MBS partners to discuss risks to unified South-East Asia


Gary Sampson, Melbourne Business School professor and former World Trade Organisation director, was among the eminent speakers at The Economist South-East Asia Summit in Kuala Lumpur.
The summit, at which MBS was a partner, examined challenges to nations in the region successfully integrating into the ASEAN Economic Community at the end of this year to create a 10-nation market with a combined GDP of more than $2 trillion.

The ASEAN group already constitutes the world’s seventh-largest market, but differences in income, concerns over transparency, security and corruption, and the risk of reduced infrastructure investment if China and the global economy stumble could mean a bumpy ride ahead for greater integration.

Professor Sampson, the John Gough Chair in the Practice of International Trade at MBS, spoke about the importance of improving supply chains and creating consistent regulations across the community if South-East Asia is to expand as a global trade hub.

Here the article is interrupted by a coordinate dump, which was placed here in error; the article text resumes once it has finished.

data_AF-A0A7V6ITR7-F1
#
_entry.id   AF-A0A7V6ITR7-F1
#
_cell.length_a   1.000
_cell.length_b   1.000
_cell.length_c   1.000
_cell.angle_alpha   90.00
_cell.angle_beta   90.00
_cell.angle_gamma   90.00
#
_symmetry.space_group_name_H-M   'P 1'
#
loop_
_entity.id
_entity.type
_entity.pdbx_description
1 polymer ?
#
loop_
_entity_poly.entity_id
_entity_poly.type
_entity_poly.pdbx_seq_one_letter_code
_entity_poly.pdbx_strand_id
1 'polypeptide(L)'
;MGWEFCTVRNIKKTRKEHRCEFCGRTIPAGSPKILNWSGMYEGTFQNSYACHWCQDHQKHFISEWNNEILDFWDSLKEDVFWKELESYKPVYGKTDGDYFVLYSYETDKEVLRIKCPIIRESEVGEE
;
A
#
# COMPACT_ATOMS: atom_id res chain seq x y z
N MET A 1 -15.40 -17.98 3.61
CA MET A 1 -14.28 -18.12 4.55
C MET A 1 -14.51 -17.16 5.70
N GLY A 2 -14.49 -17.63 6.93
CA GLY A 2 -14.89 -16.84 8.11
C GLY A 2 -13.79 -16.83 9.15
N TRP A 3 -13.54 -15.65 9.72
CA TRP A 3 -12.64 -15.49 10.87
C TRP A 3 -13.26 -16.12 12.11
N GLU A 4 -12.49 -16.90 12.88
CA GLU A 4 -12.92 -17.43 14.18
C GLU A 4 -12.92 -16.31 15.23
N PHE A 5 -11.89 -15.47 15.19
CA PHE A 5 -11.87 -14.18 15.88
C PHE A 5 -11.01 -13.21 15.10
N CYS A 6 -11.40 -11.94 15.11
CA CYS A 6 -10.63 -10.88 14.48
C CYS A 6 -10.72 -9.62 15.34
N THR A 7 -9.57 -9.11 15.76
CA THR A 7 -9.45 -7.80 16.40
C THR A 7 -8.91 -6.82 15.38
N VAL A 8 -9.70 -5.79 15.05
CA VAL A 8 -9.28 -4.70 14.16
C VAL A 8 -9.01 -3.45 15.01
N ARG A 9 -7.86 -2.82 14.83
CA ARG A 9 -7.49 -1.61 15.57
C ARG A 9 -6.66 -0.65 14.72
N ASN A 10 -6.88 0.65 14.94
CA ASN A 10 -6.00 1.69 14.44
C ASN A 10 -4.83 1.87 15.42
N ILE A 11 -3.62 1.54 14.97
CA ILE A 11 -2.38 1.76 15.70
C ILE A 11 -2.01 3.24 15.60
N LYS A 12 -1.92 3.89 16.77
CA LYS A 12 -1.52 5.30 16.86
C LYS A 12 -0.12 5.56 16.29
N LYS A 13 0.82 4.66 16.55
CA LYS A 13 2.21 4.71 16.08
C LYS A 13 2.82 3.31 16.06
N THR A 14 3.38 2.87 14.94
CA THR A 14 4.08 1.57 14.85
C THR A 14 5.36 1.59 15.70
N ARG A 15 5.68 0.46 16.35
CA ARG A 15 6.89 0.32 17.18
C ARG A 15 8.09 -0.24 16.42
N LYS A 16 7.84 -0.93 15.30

Other speakers, including Stephen Groff from the Asian Development Bank and CIMB Group chairman Nazir Razak, considered whether integration would create a level playing field or exacerbate regional inequalities.

If you missed the summit and would like to see more of our faculty in action in South-East Asia, register for the MBS analytics events in Jakarta and Kuala Lumpur in September, where Professor Ujwal Kayande, who teaches on our MBA and Master of Business Analytics programs, will discuss how organisations can succeed in a data-rich world without being blinded by the light.